Trip Start Jan 12, 2007
Trip End Nov 19, 2007

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Flag of United States  , California
Friday, January 26, 2007

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January 19, 2007

The yurt cabins in South Beach State Park on Oregon's famed coast were advertised as being heated. They were anything but.

We hunkered down in one the second night of our trip, somehow managing to survive the sub-zero temperatures.

It soon became apparent, however, that we were not the only objects that had froze over night.

Just after we pulled out the state park, a few kilometres south of Newport, the van's stick shift froze. It was only the third day of the road trip and were off to an inauspicious start.

The first two garages we had the van towed to didn't have a clue about working on a VW van.

The mechanic at the third garage winced as he gave us the diagnosis: we needed a new transmission and clutch, it would take five days for the parts to be shipped and installed, and none of it would come cheap.

Newport is not the jewel of the Oregon coast. Busy Highway 101 - lined with big box stores, fast food restaurants and car dealerships - is its main street. To make matters worse, the Pacific Northwest was being ravaged by a record cold spell.

The only saving grace was that it is still possible to find "motor inn" motels next to the highway for $30 per night.

The decently appointed and conveniently located Newport Motor Inn motel came with a TV and a microwave, allowing us to dull the pain by drinking Widmer hefeweizen and watching 10 hours back-to-back-to-back of "Top Chef" episodes (we are devasted that Sam didn't make it to the final two);

The fact that Adrienne called 911 the second night to report a domestic dispute in the room above us should be overlooked. Days were spent at McDonalds, Fred Meyer and Wal-Mart. I liked McDonalds the best as they offer free small coffees between 6 and 8 am.

Before leaving home, we had managed to put $25,000 in our war chest to fund the trip.

But by the time we pulled out of Newport five days later, our wallets were $3,000 lighter and I was worried that our year-long adventure would in fact turn out be three months heading down the Baja and back up again.

At least we had declined the offer of having a big good-bye party.

- - -

January 20, 2007

The woman pouring vino at Hanna Winery & Vineyard in Sonoma had driven down the Baja a handful of times and we were as eager to gulp down her stories as we were her red wine.

The sun had finally greeted us when we crossed from Oregon into California but we had still been forced to tough out another freezing night of camping at Dean Creek Resort in Redway, California.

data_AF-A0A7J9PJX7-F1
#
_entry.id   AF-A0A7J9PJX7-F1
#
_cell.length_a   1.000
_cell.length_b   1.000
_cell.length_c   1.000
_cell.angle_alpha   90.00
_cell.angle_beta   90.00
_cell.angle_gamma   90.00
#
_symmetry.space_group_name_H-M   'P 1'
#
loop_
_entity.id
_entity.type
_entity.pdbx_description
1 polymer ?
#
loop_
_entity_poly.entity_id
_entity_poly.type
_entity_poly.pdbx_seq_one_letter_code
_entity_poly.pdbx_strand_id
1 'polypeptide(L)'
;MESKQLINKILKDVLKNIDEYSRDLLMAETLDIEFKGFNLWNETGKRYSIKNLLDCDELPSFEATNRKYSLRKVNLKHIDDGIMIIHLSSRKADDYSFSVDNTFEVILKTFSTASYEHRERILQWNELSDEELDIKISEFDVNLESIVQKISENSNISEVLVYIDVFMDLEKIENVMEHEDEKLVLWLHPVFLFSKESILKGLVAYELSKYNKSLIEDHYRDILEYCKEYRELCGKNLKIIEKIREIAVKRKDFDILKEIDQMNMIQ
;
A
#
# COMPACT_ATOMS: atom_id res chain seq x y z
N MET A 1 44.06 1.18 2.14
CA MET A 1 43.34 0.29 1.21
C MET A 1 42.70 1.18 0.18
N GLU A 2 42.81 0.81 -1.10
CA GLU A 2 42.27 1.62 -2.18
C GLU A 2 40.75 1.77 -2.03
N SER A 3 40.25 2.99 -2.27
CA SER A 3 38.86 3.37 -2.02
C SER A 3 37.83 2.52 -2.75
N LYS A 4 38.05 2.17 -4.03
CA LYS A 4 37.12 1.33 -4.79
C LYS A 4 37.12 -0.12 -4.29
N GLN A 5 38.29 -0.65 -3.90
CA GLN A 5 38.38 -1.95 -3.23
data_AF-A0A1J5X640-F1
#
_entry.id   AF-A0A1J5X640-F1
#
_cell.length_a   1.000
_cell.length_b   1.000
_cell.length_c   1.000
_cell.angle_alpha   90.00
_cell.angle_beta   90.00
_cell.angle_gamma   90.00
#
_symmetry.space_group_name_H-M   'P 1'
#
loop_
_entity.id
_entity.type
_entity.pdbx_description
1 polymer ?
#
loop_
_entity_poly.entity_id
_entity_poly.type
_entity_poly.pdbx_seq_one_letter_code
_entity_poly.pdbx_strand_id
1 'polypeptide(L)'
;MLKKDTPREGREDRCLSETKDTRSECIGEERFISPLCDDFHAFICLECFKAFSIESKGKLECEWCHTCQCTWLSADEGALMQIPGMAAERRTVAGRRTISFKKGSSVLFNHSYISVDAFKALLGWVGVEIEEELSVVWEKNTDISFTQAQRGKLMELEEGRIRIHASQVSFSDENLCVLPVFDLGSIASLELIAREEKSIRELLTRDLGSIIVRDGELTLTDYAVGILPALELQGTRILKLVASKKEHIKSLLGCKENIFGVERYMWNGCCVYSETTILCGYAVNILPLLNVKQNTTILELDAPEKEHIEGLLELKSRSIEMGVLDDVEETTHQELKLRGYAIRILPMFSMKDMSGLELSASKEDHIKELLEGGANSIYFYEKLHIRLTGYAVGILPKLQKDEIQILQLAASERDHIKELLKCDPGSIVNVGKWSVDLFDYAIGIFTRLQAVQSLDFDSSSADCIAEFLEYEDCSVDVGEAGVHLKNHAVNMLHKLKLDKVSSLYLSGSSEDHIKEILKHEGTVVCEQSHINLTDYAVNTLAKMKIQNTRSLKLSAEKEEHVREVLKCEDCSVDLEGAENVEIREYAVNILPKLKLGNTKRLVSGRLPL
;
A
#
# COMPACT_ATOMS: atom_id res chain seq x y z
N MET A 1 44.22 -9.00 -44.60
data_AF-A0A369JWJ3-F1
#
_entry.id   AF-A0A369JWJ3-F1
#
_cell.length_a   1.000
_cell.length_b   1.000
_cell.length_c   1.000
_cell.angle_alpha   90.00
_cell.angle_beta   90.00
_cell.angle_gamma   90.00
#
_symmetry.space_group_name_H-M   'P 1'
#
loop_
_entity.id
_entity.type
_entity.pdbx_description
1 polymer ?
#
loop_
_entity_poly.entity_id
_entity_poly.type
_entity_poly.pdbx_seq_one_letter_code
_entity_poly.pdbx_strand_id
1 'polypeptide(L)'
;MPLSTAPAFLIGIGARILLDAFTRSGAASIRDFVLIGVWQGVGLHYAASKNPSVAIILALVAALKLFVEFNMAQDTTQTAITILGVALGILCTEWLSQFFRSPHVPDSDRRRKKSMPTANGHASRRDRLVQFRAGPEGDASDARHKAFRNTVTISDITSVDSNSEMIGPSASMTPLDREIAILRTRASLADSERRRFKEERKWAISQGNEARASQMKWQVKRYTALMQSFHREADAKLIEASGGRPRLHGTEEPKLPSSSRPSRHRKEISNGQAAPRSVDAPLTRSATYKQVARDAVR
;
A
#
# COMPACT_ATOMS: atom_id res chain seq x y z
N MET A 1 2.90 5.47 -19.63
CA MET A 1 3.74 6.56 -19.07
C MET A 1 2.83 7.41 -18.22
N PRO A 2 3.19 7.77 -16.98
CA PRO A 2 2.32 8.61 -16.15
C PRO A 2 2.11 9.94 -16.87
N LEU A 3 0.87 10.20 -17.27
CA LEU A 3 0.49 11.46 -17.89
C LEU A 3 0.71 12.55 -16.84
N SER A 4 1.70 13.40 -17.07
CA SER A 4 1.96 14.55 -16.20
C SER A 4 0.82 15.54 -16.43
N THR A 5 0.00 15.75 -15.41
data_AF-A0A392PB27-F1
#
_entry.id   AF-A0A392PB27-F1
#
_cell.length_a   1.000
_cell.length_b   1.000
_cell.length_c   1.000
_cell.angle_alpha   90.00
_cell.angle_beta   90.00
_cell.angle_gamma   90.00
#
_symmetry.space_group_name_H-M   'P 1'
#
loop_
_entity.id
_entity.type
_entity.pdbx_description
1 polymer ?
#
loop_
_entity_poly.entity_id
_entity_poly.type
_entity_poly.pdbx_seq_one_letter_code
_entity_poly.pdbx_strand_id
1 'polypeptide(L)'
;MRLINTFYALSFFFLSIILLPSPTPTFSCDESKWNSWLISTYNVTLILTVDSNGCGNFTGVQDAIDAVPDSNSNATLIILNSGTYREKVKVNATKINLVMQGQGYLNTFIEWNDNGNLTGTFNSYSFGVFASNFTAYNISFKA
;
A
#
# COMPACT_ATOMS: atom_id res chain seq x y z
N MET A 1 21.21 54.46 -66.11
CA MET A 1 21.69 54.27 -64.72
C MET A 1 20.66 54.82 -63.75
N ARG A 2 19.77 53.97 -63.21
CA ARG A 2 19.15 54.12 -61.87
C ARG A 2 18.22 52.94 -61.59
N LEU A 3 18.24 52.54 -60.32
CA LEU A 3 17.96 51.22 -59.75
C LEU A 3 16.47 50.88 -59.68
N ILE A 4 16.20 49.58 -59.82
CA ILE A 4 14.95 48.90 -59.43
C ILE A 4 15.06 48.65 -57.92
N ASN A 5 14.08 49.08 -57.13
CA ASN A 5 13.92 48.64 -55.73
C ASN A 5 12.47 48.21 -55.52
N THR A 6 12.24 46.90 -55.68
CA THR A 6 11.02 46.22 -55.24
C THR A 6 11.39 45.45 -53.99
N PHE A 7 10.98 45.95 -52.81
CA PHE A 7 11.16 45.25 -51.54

Redway, we were later told, is known for pot growers and low-flying police helicopters.

By the time we reached downtown Sonoma, the weather was a balmy 18 degrees and the town square was swollen with families out for a stroll. We could smell fresh cut grass and meat grilling on the barbeques.

Our stop at Hanna Winery & Vineyard was followed by a second stop at Ravenswood and a third at Cline Cellers and by end of the day, our spirits had lifted and the glow had retuned to our faces, if not our view of the trip.

We concluded that would be able recover from the "Newport Experience" after all.

- - -

January 21, 2007

We spent an early morning on a low bluff watching transfixed as hundreds and hundreds of elephant seals jostled and tusseled, snorted and bellowed, primped and preened on the Piedras Blancas Rookery.

The Rookery is near San Simeon, not far from the start of the long driveway into Hearst Castle.

According to the Friends of the Elephant Seal website, up to 15,000 of the seals occupy these tiny strips of beach twice each year, coming out of the water in the summer to molt and then again in the winter to give birth and rest.

We had cut out to the Pacific Coast Highway (Highway 1) at Monterey the day before our elephant seal encounter so that we could meander on the 17 Mile Drive through historic Pebble Beach and the Del Monte Forest.

The Pacific Coast Highway, which snakes high around central California's jagged coastline, is one of the most spectucular, but also exhausting, stretches of the road anywhere in North America.

As late afternoon turned to evening, it became clear that we would not be able to reach Los Osos, our destination, until after dark.

The decision to stop at the scenically located Mill Creek Campsite - just off the highway, about 100 miles south of Carmel and 80 miles north of Los Osis - turned out to be the right one if for no other reason than we had one of the most spectacular sunsets we were to witness in the entire trip.
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Brian on

This looks like one great vacation, but every vacation in Santa Barbara is always so enjoyable. Did you guys camp? Thats awesome! I've always wanted to do that at El Cap but I never find the opportunity to do so! Soon though! This is just more motivation to get out there and get it done. I always seem to stay at the South Coast Inn ( near UCSB. Great place to stay and so nice!

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